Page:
Exclusive Interviews

Great British Menu’s Matthew Worswick discusses the joy of simple food, eating zebra, and Leeds’ very own Michael O’Hare

Following up on our Great British Menu interviews so far this summer, today we’re proud to bring you a chat with Matthew Worswick, Michelin-starred Head Chef at Thornton Hall Hotel and Spa.

What inspired you to compete on Great British Menu 2015?

I was approached to do it by one of the producers. After a vigorous selection process and various filming trials I was picked to do it! The brief really struck a chord with me this year as my grandmother was in the WI for over 10 years!

Who is your food hero and how have they influenced your style of cooking?

The person who has influenced my career most to date is David Everett Matthias from Le Champignon Sauvage in Cheltenham. He has a completely different approach to food, using lesser, unknown cuts of meat and he was a pioneer in foraged food almost 20 years ago before it became fashionable! David has never missed a service in 26 years. That sort of dedication and focus really rubs off on the staff. He has certainly made a lasting impression.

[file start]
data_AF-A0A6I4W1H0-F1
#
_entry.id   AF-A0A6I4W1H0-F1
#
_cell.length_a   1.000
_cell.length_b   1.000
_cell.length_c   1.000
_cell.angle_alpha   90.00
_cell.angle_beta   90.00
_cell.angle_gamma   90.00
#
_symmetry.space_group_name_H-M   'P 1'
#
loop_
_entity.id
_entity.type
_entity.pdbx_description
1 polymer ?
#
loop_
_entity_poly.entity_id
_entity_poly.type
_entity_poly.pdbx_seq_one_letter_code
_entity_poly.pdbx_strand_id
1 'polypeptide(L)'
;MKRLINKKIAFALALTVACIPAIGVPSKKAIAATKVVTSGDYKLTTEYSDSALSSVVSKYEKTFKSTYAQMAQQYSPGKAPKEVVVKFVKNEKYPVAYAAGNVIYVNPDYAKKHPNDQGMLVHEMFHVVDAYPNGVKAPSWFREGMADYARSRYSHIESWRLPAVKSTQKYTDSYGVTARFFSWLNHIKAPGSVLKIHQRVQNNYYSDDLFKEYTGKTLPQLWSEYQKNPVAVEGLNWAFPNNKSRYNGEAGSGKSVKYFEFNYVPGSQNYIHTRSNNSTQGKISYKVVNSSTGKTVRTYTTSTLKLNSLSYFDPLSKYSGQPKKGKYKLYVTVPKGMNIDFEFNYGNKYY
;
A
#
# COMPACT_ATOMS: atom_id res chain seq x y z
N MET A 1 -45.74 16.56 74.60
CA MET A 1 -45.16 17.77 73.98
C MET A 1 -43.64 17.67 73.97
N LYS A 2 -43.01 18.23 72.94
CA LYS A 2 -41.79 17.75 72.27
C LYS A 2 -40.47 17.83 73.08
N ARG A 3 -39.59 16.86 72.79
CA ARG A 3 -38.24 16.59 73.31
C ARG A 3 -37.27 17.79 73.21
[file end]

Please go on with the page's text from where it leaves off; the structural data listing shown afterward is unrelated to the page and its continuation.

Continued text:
What dish at The Lawns are you most proud of?

My style is evolving ever more so on the simpler side nowadays. I have a dish on at the moment of white peaches, raspberries and vanilla. It is so fresh and screams of summer. We make a microwaveable raspberry sponge, poach the peaches and make a fluid gel. It’s about appreciating these two fantastic ingredients but boy oh boy the flavour is great!

What was the most challenging aspect of competing on the Great British Menu?

The Great British Menu is hard; it’s not just the food that’s hard, it’s the cameras, the pressure of winning and not letting family or work colleagues down. It’s a laborious process all in all from the first interviews, to the selection process, submitting recipes, to the actual filming itself. However, it can also be very rewarding.

How hard was it to avoid creating ‘restaurant’ dishes on Great British Menu?

I think this is somewhat of a cliché; restaurant food can be some of the nicest in the world. However, it still needs to accommodate the brief. Food on a plate isn’t quite enough nowadays; they love the theatre too.

What is the strangest food you have ever eaten?

I have eaten some interesting dishes over the years in restaurants, but crocodile or zebra springs to mind as the strangest ingredients. I didn’t particularly enjoy either.

Which is your favourite restaurant?

I very rarely go back to revisit a restaurant. However, I’d happily go back to ‘The Man Behind The Curtain’ in Leeds. The restaurant is cool, the food is great, the chef is a friend of mine (Michael O’Hare, he’s unmistakable with his big hair and shiny boots and it makes for a memorable dining experience).

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